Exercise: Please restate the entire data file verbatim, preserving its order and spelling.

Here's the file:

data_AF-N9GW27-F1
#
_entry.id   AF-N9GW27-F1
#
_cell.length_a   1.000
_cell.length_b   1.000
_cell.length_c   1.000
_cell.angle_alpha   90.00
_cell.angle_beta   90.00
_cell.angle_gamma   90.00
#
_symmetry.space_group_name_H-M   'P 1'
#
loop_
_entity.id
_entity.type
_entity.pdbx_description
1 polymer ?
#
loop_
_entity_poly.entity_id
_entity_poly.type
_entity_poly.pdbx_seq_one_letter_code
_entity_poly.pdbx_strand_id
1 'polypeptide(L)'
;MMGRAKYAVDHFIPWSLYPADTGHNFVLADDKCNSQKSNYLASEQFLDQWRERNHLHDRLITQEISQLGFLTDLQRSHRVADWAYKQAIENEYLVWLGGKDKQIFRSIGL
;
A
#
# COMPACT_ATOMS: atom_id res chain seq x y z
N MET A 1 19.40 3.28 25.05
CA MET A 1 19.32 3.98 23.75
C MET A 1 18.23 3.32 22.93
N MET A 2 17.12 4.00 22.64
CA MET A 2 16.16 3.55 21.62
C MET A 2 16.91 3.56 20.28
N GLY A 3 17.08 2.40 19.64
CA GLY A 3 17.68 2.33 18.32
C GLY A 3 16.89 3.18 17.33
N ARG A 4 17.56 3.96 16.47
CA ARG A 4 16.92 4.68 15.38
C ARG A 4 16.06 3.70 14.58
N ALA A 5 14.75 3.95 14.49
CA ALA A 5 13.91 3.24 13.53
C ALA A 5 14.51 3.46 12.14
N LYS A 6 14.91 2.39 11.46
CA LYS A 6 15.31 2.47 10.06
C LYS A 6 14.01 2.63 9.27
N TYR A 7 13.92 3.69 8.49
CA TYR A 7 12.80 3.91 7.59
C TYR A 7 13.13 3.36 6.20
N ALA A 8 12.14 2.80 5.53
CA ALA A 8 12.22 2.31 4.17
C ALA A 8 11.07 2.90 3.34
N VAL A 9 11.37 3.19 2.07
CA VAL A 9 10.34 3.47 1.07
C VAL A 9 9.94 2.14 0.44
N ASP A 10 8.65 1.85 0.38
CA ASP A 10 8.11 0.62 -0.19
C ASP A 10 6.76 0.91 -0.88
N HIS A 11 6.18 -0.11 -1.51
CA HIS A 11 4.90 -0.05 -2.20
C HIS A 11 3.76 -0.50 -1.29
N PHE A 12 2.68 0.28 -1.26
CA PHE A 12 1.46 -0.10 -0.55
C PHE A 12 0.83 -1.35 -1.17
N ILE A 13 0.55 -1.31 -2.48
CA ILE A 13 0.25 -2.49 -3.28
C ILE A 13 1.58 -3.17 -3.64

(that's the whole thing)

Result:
data_AF-N9GW27-F1
#
_entry.id   AF-N9GW27-F1
#
_cell.length_a   1.000
_cell.length_b   1.000
_cell.length_c   1.000
_cell.angle_alpha   90.00
_cell.angle_beta   90.00
_cell.angle_gamma   90.00
#
_symmetry.space_group_name_H-M   'P 1'
#
loop_
_entity.id
_entity.type
_entity.pdbx_description
1 polymer ?
#
loop_
_entity_poly.entity_id
_entity_poly.type
_entity_poly.pdbx_seq_one_letter_code
_entity_poly.pdbx_strand_id
1 'polypeptide(L)'
;MMGRAKYAVDHFIPWSLYPADTGHNFVLADDKCNSQKSNYLASEQFLDQWRERNHLHDRLITQEISQLGFLTDLQRSHRVADWAYKQAIENEYLVWLGGKDKQIFRSIGL
;
A
#
# COMPACT_ATOMS: atom_id res chain seq x y z
N MET A 1 19.40 3.28 25.05
CA MET A 1 19.32 3.98 23.75
C MET A 1 18.23 3.32 22.93
N MET A 2 17.12 4.00 22.64
CA MET A 2 16.16 3.55 21.62
C MET A 2 16.91 3.56 20.28
N GLY A 3 17.08 2.40 19.64
CA GLY A 3 17.68 2.33 18.32
C GLY A 3 16.89 3.18 17.33
N ARG A 4 17.56 3.96 16.47
CA ARG A 4 16.92 4.68 15.38
C ARG A 4 16.06 3.70 14.58
N ALA A 5 14.75 3.95 14.49
CA ALA A 5 13.91 3.24 13.53
C ALA A 5 14.51 3.46 12.14
N LYS A 6 14.91 2.39 11.46
CA LYS A 6 15.31 2.47 10.06
C LYS A 6 14.01 2.63 9.27
N TYR A 7 13.92 3.69 8.49
CA TYR A 7 12.80 3.91 7.59
C TYR A 7 13.13 3.36 6.20
N ALA A 8 12.14 2.80 5.53
CA ALA A 8 12.22 2.31 4.17
C ALA A 8 11.07 2.90 3.34
N VAL A 9 11.37 3.19 2.07
CA VAL A 9 10.34 3.47 1.07
C VAL A 9 9.94 2.14 0.44
N ASP A 10 8.65 1.85 0.38
CA ASP A 10 8.11 0.62 -0.19
C ASP A 10 6.76 0.91 -0.88
N HIS A 11 6.18 -0.11 -1.51
CA HIS A 11 4.90 -0.05 -2.20
C HIS A 11 3.76 -0.50 -1.29
N PHE A 12 2.68 0.28 -1.26
CA PHE A 12 1.46 -0.10 -0.55
C PHE A 12 0.83 -1.35 -1.17
N ILE A 13 0.55 -1.31 -2.48
CA ILE A 13 0.25 -2.49 -3.28
C ILE A 13 1.58 -3.17 -3.64